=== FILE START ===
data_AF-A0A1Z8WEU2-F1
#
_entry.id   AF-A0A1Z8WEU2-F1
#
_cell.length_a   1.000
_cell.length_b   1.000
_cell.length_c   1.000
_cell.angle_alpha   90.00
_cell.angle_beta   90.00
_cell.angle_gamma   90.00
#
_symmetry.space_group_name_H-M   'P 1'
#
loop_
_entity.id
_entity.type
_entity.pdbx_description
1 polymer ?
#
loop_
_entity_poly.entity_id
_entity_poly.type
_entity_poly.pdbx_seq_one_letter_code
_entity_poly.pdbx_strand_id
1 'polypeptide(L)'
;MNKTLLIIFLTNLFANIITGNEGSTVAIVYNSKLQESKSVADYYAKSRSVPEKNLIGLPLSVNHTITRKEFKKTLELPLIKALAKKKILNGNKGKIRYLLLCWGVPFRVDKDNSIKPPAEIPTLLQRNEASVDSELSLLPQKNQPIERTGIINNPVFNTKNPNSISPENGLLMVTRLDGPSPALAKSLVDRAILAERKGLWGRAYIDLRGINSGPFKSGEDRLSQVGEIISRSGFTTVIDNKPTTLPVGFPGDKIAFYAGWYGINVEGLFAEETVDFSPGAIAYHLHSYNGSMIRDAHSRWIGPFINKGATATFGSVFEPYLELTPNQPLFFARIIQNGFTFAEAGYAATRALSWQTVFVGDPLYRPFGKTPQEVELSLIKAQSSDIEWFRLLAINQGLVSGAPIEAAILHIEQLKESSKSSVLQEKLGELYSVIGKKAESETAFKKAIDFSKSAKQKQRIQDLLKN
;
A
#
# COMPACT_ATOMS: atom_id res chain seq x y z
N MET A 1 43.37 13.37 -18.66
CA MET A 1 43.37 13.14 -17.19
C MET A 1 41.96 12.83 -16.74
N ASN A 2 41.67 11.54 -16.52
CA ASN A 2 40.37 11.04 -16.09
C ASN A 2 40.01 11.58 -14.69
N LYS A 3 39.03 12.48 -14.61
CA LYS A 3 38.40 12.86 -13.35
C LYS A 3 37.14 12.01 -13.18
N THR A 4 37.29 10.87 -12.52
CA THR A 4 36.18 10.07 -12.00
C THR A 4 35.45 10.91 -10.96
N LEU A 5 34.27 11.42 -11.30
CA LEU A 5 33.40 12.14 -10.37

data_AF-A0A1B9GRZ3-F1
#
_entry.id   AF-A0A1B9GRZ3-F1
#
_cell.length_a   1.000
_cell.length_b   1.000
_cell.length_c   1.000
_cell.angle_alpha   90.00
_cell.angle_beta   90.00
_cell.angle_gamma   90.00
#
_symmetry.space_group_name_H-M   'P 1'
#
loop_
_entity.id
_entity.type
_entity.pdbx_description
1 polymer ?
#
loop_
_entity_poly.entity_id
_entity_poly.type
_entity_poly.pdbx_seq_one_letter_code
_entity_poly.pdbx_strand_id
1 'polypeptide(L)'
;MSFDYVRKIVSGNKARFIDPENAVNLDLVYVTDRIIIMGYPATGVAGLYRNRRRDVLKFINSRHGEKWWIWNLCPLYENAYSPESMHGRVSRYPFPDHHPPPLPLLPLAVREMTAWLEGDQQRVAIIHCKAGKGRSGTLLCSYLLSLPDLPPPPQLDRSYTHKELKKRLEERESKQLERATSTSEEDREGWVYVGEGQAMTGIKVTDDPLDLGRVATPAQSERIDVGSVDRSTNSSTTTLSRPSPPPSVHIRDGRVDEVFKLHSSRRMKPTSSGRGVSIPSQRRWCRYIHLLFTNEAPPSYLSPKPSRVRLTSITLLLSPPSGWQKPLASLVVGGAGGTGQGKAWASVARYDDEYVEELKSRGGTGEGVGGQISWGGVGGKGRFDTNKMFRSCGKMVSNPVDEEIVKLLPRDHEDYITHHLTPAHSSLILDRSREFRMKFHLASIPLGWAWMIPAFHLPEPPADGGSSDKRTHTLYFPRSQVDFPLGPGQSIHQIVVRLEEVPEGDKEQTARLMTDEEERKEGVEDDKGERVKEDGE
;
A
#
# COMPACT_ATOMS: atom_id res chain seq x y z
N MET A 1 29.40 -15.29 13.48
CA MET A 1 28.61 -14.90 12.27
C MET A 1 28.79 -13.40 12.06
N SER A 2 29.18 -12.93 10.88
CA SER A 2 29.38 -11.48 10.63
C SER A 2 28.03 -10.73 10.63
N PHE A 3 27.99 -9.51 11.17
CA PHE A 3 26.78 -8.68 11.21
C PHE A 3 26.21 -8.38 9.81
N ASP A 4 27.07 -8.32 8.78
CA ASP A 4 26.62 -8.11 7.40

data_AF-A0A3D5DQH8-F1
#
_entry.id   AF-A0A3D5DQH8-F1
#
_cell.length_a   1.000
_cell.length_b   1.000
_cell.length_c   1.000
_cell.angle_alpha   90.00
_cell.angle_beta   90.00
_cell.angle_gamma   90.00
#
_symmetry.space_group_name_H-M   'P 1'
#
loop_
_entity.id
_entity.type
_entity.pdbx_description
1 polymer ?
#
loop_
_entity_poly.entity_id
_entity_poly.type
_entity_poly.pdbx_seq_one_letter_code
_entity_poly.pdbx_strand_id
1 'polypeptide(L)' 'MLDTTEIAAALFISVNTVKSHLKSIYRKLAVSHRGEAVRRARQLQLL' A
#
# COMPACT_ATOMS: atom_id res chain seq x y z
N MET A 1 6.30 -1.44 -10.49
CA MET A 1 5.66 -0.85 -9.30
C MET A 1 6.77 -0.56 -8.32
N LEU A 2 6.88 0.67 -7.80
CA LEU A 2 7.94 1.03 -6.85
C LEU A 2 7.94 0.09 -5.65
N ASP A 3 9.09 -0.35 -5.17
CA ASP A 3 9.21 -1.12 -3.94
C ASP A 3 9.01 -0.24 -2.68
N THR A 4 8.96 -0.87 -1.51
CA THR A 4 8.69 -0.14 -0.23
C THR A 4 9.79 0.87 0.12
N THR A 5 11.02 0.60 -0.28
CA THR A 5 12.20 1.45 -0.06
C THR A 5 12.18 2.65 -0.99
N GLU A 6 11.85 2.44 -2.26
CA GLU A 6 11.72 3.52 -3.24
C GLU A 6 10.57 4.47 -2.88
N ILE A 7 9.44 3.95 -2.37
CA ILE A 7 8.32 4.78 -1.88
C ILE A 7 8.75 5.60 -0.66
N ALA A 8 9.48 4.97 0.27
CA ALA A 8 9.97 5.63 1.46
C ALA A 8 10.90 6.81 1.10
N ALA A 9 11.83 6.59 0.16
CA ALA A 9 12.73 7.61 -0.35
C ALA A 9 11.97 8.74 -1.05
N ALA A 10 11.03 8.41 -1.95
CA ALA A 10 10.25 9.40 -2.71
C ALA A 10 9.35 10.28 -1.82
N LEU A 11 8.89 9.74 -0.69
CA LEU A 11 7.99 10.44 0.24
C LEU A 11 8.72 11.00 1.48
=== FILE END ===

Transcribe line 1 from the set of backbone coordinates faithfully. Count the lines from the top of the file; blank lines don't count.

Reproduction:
data_AF-A0A1Z8WEU2-F1